Sunday, August 31, 2008

Three Cups of Tea aint gonna cut it!!!!!

Nearly 24 hours of driving, getting “roughed-up” down in the bluff country near La Crosse, and then driving some more…

WEMS LaCrosse Recap Car-to-Car (August 15th from 1:05 am to 12:30 am August 16th): A continuous block of free flowing, uninhibited, grammatically incorrect, sentimental, and reflective prose related in a most indirect and convoluted manner to a recent experience regarding a WEMS 12 hour race down in LaCrosse, Wisconsin in mid-August, 2008—Through most of the 1980s (initially as a confused graduate student and then as a confused professional piano mover); when I was pursuing all aspects of climbing with an unhealthy passion that is similar to how I now practice cycling; the best of the climbers living within the Boulder, Colorado area (of which I was a minor player as Boulder at the time was a Mecca for Climbers in the United States) began to speak into terms of “car-to-car” ascents. In other words, a trend began whereby hard core guys would, for example, get out of work or class on a Friday afternoon, head to the bar, have a few beers, and then around midnight drive the 90 minutes out to the Long’s Peak trailhead. They would then don their alpine packs, Petzl headlights, and power-hike up the long approach to the formidable and breath-taking Diamond Face. Then in a single push, maybe even utilizing “running belays,” they would blast up the vertical 1000 foot face, knock off the tricky descent, race down the approach, and be back in Boulder for Happy Hour the next day eager to share their adventure with impressible guyz like me. It was both “RAD” and inspiring to bear witness to their boldness, and so it was not long before every wannabe in the local climbing community started trying to pull off crazier and crazier “car-to-car” ascents (“Dude, lets like try and climb it, car-to-car!”). The very best even started doing bike–to-bike ascents, for example, I remember one of the top climbers from Boulder jumping on his road bike and riding the eighty miles to the Long’s Peak trailhead, climbing a 5.11 face route up the Diamond rope-solo, and then riding his bike back to Boulder all in less that 30 hours! Of course, just like in cycling, I was never close to being in the top echelon of the Boulder Climbing Community, but even fringe players like my buddies and me would revel in the planning and pulling off of relatively “sick “ itineraries from which to measure our propensity for pure unadulterated suffering and boldness. I remember one eventful weekend where a friend and I partied like, well like the University of Colorado Rugby Team players that we were on a Friday night, staying up all that night and then beating Colorado State in Rugby on that Saturday around noon, then rehydrating with a full complement of fermenting barley products, then jumping in my buddy's old VW Van and heading out to Hallet’s Peak (near Estes Park), pulling off the hard approach, then attempting to climb a moderately hard mixed alpine route just as the sun was setting, quickly getting in over our heads, pulling out the head-lights, getting the ropes stuck on the epic bail, cutting the ropes, miraculously getting enough rope freed up to make a series of desperate rappels, stumbling down the approach trail, and yet being back in Boulder around 1:50 a.m. for last call on Saturday night, loving every minute of it! By the mid 90s I had embarked on perhaps a hundred or more twisted misadventures that put pain and suffering above all else; always with an eye on how much fun it was going to be to rehash the whole sorted affair after we were once again safe on terra firma. Even though I am a lot older now, I am not any smarter, and I still love getting myself into a “tight place” now and then (Note: once I get my daughter out the door, I plan to head back to the mountains and really get myself into a fix or two, and I won’t be bringing any cell-phone). Accordingly such was my thinking on that Friday at the Brewhouse around 9:00 p.m. on the night before the 8:00 a.m. start of the 12Hours at Lacrosse (some five hours down the road). The fact of the matter was that I had not really considered going to LaCrosse because I was still hurting from both the 24 Hours Race @ 9 Mile that I had completed less than two weeks before and a chronically injured heal (that continues to plague me even now as I type this up)…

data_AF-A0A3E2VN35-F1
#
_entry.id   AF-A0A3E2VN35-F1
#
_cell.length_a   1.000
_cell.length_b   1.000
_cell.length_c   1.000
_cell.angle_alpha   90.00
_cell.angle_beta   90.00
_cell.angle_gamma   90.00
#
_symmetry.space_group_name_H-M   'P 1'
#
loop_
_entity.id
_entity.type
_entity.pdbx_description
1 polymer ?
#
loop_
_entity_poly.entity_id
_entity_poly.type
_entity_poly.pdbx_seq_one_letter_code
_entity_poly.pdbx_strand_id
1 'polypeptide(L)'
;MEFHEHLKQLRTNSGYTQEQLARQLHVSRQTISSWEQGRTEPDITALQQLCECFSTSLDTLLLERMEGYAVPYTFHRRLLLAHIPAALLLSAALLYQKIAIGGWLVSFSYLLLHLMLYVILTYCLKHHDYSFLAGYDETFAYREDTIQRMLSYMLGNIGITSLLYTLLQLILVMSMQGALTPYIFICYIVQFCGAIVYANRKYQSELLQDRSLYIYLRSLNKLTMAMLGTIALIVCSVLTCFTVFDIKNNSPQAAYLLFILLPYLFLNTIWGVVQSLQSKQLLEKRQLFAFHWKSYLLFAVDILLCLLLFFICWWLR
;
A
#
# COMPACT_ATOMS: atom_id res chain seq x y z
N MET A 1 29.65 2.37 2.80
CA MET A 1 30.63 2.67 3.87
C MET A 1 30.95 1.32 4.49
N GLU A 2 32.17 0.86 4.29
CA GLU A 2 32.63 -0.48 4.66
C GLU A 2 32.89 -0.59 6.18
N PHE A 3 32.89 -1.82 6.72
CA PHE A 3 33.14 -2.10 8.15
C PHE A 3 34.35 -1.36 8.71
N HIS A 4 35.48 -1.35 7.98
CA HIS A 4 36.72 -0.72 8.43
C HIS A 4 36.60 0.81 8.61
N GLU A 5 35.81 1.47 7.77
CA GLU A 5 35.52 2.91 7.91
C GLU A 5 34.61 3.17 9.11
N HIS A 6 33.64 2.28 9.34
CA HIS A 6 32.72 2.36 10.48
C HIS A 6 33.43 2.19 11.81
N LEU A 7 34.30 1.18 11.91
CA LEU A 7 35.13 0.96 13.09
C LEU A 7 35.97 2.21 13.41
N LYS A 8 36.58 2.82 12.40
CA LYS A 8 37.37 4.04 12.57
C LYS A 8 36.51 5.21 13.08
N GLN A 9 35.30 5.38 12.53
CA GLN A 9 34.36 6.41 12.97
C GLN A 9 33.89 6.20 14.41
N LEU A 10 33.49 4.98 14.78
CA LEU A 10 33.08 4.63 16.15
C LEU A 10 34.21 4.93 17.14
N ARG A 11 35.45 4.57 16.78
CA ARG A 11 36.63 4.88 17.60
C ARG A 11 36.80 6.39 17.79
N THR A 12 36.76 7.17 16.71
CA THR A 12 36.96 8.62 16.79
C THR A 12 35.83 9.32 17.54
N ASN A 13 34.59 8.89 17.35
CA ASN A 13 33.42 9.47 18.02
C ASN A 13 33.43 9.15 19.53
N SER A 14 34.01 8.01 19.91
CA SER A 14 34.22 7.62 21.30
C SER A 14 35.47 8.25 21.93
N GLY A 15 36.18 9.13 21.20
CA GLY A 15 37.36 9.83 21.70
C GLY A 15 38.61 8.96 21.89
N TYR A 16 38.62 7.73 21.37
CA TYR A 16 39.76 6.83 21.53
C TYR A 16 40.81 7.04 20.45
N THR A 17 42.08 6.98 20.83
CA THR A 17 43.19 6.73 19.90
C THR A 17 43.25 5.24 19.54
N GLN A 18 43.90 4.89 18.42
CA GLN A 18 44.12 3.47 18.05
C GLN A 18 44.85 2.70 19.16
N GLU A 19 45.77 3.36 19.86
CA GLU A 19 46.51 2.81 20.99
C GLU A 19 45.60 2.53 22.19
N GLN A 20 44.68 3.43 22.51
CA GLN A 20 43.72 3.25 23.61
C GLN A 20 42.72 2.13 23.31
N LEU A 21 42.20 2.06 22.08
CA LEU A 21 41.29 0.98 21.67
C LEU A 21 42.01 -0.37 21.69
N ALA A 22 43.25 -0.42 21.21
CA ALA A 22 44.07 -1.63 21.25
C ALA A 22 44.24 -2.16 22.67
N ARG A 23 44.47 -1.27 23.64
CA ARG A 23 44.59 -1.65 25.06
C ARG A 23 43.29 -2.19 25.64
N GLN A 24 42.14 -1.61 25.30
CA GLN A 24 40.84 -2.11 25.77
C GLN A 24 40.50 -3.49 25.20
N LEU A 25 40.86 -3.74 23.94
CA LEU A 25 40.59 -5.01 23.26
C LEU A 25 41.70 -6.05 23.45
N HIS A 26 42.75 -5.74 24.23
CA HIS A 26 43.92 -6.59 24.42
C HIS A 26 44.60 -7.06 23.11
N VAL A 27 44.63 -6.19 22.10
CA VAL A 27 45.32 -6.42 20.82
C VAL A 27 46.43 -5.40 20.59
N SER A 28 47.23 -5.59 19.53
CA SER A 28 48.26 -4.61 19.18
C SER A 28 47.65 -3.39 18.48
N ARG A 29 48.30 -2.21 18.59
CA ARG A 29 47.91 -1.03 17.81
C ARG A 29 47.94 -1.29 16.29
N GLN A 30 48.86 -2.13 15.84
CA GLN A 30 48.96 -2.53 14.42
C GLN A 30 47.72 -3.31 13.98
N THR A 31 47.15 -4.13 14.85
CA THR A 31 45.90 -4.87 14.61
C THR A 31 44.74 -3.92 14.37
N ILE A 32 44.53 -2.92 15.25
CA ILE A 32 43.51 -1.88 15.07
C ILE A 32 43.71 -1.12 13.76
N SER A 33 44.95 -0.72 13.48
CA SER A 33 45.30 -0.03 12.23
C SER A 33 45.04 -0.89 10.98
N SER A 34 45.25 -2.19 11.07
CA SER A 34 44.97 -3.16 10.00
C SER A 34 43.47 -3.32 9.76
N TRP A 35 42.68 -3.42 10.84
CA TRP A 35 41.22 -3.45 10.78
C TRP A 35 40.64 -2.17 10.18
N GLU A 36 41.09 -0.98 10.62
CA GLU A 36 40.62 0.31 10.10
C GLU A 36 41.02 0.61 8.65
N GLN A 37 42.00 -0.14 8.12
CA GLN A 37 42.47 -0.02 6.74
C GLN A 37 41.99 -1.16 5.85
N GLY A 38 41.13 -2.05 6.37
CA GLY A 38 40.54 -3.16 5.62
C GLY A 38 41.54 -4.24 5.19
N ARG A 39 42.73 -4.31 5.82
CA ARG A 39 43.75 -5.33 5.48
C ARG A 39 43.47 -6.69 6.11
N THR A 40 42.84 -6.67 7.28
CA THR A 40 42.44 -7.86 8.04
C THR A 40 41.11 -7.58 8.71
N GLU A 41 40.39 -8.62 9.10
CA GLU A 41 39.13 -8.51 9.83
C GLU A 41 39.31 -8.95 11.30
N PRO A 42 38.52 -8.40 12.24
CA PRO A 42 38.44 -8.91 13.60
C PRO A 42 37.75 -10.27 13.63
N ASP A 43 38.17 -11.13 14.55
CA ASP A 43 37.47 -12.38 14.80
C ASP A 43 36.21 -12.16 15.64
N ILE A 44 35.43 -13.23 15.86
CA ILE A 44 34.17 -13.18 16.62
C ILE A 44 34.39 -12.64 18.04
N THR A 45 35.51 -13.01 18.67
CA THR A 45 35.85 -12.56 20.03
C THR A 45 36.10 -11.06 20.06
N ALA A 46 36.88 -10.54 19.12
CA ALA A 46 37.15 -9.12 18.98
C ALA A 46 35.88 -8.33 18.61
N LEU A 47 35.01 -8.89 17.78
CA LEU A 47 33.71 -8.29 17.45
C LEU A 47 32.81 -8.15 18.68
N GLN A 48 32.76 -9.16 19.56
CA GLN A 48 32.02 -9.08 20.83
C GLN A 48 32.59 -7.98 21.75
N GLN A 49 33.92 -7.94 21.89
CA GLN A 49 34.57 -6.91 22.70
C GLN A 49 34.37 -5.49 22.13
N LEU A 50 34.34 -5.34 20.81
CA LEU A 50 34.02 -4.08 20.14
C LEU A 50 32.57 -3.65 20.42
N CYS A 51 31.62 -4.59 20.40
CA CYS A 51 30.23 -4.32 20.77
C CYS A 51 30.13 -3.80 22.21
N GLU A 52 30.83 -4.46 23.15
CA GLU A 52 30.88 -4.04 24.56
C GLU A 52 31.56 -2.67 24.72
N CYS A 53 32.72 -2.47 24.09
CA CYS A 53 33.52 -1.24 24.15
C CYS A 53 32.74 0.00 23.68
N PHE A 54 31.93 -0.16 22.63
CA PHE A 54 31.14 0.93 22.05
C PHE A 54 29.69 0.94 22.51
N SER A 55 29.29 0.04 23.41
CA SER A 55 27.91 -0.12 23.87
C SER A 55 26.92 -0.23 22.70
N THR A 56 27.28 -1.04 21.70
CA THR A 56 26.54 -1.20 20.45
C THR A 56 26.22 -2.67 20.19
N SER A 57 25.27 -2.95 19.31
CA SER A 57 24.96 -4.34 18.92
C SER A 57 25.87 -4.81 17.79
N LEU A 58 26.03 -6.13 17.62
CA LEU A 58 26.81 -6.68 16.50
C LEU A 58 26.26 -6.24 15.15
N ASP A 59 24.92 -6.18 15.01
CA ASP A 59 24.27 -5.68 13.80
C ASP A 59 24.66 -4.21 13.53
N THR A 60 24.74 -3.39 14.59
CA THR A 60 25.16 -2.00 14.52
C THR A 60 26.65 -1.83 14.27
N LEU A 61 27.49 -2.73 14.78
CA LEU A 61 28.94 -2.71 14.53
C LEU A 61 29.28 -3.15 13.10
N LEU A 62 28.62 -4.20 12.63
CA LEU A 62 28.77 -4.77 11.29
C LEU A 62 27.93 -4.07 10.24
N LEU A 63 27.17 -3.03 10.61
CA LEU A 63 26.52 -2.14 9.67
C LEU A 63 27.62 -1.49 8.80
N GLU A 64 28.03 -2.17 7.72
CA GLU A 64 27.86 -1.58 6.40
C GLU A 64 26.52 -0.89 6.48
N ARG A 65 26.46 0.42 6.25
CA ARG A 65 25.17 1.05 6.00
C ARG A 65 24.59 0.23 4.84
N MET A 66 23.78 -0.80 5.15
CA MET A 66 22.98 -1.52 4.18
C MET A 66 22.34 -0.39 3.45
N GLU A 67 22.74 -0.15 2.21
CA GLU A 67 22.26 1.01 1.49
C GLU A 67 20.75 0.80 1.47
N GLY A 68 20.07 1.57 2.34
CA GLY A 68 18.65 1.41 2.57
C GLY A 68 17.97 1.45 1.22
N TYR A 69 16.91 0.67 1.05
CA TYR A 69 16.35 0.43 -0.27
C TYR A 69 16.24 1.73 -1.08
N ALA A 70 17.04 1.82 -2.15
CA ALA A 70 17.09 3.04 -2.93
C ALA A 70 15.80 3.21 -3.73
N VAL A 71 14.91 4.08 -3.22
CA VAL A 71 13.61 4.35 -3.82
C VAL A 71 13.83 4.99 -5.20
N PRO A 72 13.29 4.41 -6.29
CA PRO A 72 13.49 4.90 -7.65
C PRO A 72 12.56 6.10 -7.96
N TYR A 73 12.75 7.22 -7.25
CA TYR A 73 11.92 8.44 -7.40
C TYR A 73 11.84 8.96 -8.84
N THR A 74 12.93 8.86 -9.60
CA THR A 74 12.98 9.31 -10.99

In any event, I was sitting at the Brewhouse with my small nuclear family and it suddenly dawned on me that I should buck-up, be a MAN, and go do that race in LaCrosse. So I went home after a great meal and several top-notch pints of their Oatmeal Stout, got the kid and wife to bed, watched some Olympics on NBC until 1:00 am (mostly spring board diving, beach volley-ball, McDonalds’ propaganda and BIG OIL ads touting some yuppy doctor or engineer here in the US working for the nice people @Exxon to save all the poor Africans from malaria—made me proud of both Exxon and the good ole RED, White, and Blue!). Then at 1:05 am sharp, after packing up a few racing essentials, I took off for LaCrosse, Wisconsin. My wife had checked out the audio version of “Three Cups of Tea” from the library which is about a former climber turned do-gooder that goes around Pakistan and builds schools for the local kids that live near K-2. Loaded and ready for a long day, I fired in Disk #1, headed the old Chevy Prism south on Wisconsin 53, and kicked back and tried to get my head right for the long haul. I don’t remember that many specifics about the first five hours of the book as I was totally strung out on pure black Holiday coffee but as best as I can recollect, in my world, the first five hours of the book read like some kind of hero worship causing me great discomfort. I was disappointed, then upset, then out-raged, that the actual dude that was building the schools did not write the book. The book was written by another guy (some wannabe journalist) that was super impressed by the actual guy that was actually doing the school building, or at least trying to get a school built. Maybe it was my state of mind, but I could not get past the fact that the guy that wrote the book was not the same guy that was building or at least trying to get the schools built. So as the miles flew by, I developed this sort of contrived bitterness (and then anger) inexplicably directed towards the guy that was reading the book out loud, until I had a revelation that the guy that was reading the book was most probably not the same guy that wrote the book and almost for sure was not the guy that was trying to get the school built for the poor kids in Pakistan near K-2. It really started to bother me about all this and I thus became really bogged down mentally as I argued within my inner-cognitive forces about the implications of the school building guy allowing someone else to write the book, why didn't he write his own book? It made no sense to me although I ultimately conceded that while it was a bad thing for the guy to write the book given that he did not help to build the schools, I did grant the need for some room for (or aspect of)journalistic information gathering,like in a magazine piece (but this book was misleading because it implied that the school builder was the author). Yet, in conclusion to allow yet another one to read it was essentially unforgivable. So... just as I had resigned myself to shutting the whole “Three Cups of Tea” thing down and to instead listen to the BBC, I looked up and saw the Mississippi River and a crack in the darkness—dawn was breaking and I was near La Crosse. It was a little past 6:00 and I was the first one to the race site, so I turned my car around and headed back into town in search of some real coffee, but to no avail. I did find some gas-station coffee, a few bananas, and a reload of ice for my trusty cooler. I was back at the race course around 7:00 where I checked in and grabbed a nice pit area for me and my buddy Tim Ek (who I correctly figured had come down the day before with his lovely wife, Amy). The gun went off at 8:00 and I limped over the thankfully short run-out and jumped on my trusty fully rigid steel-is-real Gunnar (created by the nice folks over in Waterford, WI, just a couple hours south of the race course!). The course was amazing, but way hard with lots of log hops, rock gardens, and steep descents. In fact the course was much harder than I had anticipated, and so my heal took a terrible pounding. I crashed hard on what I think was the four lap driving my heal into a rock and causing me to question my entire existence here on earth. It hurt so bad that I had to just sit there for awhile and then once back on my bike I was fairly certain that I was going to have to do something to ease my suffering. As I rode back to the start/finish, I resigned to sit out a lap and to ice it and to fashion some kind padding to help alleviate the potential for any further injury. The “lap sit-out strategy” put me way behind the leaders, but worked wonders on my heal and so when the guyz came back around, I jumped in and rode well for the rest of the event, staying abreast the usual suspects, but of course a lap down. Although my heal hurt the whole time and on one of the last laps a hornet “with extreme prejudice” stung me on the buttocks, I had a great time racing with my buddies Tim Ek and Terry Brannick. It was one of Brannick’s first 12 hour races and he looked totally strong. I remember thinking as I rode while continually feeling a jarring pain shooting up my heal, how the OLD MAN had fought the great marlin even though his hands were in tatters and how he remained strong-willed and committed by gaining resolve from the example set by the great Joe DiMaggio, who ironically was suffering from a heal spur…so it goes…Anyway, I finished it out and hung out with the boyz for awhile and then headed back north on 53. I was tired and so the resolve to banish “Three Cups of Tea” had weakened as had the irrational acrimony. So I set back and let the one guy read the other guy’s story about the old climber turned do-gooder who finally got a few schools built and even got himself a wife…just as all was ending up on a high note the red lights of the towers came into view and I knew I was almost back in Old Duluth, I looked at my watch and it was 12: 20, I figured that if I pushed it a little I’d be back at home in a total time of just a little shy of a full day!